Provided by: autolog_0.40-10_i386
autolog.conf - Configuration file for the autolog command
The configuration file consists of multiple lines, each of which
describes a class of processes subject (or not subject) to a certain
auto logout procedure. A line consists of any number of switches.
Value switches are of the form: "name=value". Boolean switches are of
the form: "name" or "noname".
Using these switches, you can define a username, a group, and a tty
line. These descriptions can contain wildcard characters (regular
expressions). You can also define an idle time, a grace period and a
few other options. When reading the configuration file, the program
creates a record for each configuration line. A value is assigned to
each variable in the record regardless of whether or not you specify
one explicitly. Values for missing variables are provided by defaults
which are compiled in and can be modified from the command line.
If no entries are found matching a given process, that process will be
spared from an untimely demise. Therefore, it is a good idea to always
have a "cleanup" line at the end of the configuration file to catch
anything that might have been missed by the more explicit definitions.
Since the default name, group, and line are all ".+", a simple line
will do. Actually, any one switch can be specified on the line and all
the others will get the default values.
If no configuration file is found, the program will create a single
entry which has all values set from the defaults. This entry will
match any process on any port (name=.+ line=.+ group=.+). Therefore,
the default action is to kill all processes.
name= A regular expression specifying which username(s) to match.
group= A regular expression specifying which group(s) to match.
line= A regular expression specifying which tty line(s) to match.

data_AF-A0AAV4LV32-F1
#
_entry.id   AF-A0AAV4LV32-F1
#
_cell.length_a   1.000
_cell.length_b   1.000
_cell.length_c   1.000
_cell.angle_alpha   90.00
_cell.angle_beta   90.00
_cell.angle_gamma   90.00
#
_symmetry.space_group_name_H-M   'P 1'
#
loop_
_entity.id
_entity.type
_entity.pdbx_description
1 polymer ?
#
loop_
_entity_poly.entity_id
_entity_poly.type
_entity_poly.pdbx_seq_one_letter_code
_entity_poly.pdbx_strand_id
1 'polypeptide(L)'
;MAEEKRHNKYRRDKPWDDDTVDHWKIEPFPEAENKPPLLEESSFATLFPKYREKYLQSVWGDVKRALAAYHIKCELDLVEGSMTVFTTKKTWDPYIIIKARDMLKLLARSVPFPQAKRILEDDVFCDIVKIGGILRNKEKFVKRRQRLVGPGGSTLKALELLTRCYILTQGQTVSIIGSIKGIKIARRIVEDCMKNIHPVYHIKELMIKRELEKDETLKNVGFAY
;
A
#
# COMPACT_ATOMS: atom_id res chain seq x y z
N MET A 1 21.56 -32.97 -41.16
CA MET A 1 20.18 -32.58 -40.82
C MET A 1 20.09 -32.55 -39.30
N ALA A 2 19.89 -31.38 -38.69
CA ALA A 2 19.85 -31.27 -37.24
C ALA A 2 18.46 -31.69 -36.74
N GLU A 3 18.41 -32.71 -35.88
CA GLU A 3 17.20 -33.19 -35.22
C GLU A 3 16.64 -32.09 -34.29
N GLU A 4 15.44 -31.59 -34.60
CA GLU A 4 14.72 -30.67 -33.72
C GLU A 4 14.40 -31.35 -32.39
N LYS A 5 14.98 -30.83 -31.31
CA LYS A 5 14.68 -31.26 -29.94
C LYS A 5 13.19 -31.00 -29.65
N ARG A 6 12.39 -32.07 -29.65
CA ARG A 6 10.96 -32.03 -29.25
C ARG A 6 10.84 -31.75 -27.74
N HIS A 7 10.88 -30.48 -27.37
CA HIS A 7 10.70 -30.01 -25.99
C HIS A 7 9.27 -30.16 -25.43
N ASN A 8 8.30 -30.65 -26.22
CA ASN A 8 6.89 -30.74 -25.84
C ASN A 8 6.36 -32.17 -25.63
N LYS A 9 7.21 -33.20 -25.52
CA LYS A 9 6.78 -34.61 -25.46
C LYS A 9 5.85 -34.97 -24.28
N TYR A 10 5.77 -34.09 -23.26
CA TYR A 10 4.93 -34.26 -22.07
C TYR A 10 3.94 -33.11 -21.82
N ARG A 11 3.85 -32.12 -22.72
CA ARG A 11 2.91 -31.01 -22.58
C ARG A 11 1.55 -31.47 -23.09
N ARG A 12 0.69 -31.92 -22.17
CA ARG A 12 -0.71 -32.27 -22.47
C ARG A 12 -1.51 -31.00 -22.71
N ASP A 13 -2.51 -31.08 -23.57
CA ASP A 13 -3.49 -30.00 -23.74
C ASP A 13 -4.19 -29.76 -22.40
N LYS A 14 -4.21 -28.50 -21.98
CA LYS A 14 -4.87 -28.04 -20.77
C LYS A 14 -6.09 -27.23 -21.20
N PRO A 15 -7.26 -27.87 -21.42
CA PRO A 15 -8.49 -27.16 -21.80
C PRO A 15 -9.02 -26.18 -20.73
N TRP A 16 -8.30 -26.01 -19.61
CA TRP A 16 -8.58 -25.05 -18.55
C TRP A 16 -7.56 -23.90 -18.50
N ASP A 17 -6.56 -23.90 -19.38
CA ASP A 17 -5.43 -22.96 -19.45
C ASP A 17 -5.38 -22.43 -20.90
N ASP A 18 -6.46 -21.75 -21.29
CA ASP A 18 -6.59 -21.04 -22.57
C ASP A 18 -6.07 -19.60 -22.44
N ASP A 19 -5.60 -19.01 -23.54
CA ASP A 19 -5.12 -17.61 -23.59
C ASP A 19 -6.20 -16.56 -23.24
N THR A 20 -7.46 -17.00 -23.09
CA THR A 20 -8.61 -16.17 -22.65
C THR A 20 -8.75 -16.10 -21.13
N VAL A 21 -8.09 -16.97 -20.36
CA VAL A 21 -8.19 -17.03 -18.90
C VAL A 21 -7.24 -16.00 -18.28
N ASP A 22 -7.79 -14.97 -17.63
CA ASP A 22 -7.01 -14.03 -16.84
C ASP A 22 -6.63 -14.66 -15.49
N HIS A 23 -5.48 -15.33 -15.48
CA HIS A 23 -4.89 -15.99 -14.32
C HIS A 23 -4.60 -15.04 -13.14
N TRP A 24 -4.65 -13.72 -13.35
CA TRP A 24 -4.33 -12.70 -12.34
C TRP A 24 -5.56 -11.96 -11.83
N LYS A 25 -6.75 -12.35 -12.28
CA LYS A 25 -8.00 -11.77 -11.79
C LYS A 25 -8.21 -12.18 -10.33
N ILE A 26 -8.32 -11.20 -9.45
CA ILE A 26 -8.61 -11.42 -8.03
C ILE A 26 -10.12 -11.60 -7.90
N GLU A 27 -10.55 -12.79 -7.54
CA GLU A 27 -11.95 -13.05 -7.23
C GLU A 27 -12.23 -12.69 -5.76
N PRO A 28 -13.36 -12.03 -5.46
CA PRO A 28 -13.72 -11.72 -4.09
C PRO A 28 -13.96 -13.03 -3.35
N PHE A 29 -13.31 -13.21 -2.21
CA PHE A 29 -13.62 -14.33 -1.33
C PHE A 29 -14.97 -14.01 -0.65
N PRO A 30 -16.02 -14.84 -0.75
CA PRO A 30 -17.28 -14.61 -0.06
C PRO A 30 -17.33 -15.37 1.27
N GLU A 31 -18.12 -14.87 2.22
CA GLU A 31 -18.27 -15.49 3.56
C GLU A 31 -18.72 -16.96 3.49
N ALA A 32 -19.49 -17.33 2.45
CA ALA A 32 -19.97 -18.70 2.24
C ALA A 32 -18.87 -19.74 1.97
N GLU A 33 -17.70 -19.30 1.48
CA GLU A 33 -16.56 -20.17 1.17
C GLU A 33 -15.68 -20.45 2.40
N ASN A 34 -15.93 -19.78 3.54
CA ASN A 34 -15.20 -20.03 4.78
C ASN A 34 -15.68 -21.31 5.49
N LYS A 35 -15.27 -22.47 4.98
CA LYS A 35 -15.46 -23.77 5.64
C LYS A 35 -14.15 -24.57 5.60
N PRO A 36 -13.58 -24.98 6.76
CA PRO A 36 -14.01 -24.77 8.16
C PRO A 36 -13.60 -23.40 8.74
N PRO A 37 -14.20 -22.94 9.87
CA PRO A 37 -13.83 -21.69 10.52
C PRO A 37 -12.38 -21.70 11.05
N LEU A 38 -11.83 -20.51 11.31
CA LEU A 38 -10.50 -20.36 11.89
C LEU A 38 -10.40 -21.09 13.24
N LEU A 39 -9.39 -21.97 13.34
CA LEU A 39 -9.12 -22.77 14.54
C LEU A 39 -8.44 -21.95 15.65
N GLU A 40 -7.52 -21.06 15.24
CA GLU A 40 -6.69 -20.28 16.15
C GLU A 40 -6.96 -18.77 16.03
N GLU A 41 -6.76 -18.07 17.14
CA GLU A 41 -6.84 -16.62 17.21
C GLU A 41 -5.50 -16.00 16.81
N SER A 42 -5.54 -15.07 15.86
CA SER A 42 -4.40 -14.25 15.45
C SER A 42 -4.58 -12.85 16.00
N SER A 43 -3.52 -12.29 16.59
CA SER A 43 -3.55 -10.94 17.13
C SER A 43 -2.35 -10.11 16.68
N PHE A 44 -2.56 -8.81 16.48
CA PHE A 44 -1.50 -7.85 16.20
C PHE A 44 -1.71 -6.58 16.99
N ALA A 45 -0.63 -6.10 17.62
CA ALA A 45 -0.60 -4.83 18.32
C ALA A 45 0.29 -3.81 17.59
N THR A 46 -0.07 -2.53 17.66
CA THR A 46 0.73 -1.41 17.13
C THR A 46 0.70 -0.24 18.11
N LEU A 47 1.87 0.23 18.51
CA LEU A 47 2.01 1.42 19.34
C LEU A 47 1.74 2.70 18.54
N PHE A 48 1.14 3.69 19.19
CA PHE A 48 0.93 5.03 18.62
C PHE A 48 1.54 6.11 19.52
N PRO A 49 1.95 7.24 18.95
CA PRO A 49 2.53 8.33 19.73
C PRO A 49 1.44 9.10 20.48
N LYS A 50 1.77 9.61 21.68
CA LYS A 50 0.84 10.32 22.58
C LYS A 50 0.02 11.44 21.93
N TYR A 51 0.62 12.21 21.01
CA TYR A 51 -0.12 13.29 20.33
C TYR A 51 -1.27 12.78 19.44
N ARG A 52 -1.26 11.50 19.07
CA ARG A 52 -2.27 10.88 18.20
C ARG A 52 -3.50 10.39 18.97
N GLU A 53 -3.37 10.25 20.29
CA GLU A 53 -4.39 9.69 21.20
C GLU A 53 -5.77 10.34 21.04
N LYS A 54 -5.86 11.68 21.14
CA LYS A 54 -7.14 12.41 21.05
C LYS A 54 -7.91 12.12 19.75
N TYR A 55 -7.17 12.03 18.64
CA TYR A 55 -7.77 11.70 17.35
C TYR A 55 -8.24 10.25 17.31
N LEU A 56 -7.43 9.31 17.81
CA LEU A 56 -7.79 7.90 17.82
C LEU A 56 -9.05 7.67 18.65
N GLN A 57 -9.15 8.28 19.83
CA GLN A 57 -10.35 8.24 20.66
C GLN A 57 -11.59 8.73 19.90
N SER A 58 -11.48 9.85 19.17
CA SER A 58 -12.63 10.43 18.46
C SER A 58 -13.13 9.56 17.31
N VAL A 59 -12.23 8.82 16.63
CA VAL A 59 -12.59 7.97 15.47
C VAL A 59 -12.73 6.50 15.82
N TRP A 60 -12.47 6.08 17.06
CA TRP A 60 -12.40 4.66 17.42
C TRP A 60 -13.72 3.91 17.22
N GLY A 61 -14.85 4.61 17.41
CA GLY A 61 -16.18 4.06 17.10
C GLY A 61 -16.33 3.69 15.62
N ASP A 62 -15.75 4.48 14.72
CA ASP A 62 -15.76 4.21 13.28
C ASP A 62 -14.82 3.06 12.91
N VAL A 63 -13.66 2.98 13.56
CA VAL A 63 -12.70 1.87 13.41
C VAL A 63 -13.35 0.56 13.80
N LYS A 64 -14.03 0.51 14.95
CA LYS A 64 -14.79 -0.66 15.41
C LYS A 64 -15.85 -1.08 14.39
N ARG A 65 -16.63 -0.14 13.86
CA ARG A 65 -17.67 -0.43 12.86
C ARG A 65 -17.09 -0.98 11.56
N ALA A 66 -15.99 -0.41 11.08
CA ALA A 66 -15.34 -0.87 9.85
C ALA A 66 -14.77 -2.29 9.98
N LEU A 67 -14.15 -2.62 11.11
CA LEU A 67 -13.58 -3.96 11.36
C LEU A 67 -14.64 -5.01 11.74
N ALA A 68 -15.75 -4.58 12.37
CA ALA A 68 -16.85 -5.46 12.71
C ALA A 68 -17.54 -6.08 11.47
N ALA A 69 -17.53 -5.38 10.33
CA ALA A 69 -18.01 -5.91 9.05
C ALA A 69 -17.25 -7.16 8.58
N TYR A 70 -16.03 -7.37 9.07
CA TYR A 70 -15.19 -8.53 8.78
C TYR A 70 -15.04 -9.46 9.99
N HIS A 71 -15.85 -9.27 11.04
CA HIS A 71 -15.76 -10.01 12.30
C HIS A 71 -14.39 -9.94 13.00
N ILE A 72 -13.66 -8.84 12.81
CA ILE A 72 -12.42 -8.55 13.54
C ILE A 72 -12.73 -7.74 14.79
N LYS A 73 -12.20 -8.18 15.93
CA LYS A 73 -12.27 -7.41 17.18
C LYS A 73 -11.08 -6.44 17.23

Omit the "/dev/" part of the special name.
idle= An integer specifying the number of --minutes-- of idle (or
connect) time to allow before beginning automatic logoff. An
idle time of 0 exempts the process from automatic logoff.
grace= An integer specifying the number of --seconds-- from the initial
warning to killing the process.
ban= An integer specifying the number of --minutes-- from killing the
process to the moment, the user may login again. (after
exceeding his session).
hard A boolean value indicating total connect time will be considered
rather than idle time.
mail A boolean value indicating that mail will be sent to the user
explaining that he was killed.
clear A boolean value indicating that the screen will be cleared
before a warning message is sent.
warn A boolean value indicating that a warning message will be sent
at the beginning of the "grace" period.
log A boolean value indicating that activities will be logged to the
logfile (if it exists).
There is an other group of entries, which allows to set some general
options. Each of them takes a whole line. Don’t mix them with the
other entries from before.
A boolean value indicating whether lost processes should be
killed. If there is a process with uid between 500 and 60000
and the owner is not logged in, it is assumed as lost and will
on some strange or old systems the ps-command has different
parameters. This makes it possible to set a completly different
command. It is only important, that this command delivers one
heading line and then lines with usernames and process-ids
(pid). e.g.: ps=ps aux
name=root line=tty[1-7] idle=0
name=guest idle=5 grace=60 nomail hard warn
group=lynx-.* idle=10 grace=60 clear
Kyle Bateman <email@example.com> (autolog 0.35),
Carsten Juerges <firstname.lastname@example.org>
This manual page was modified for Debian by Paul Telford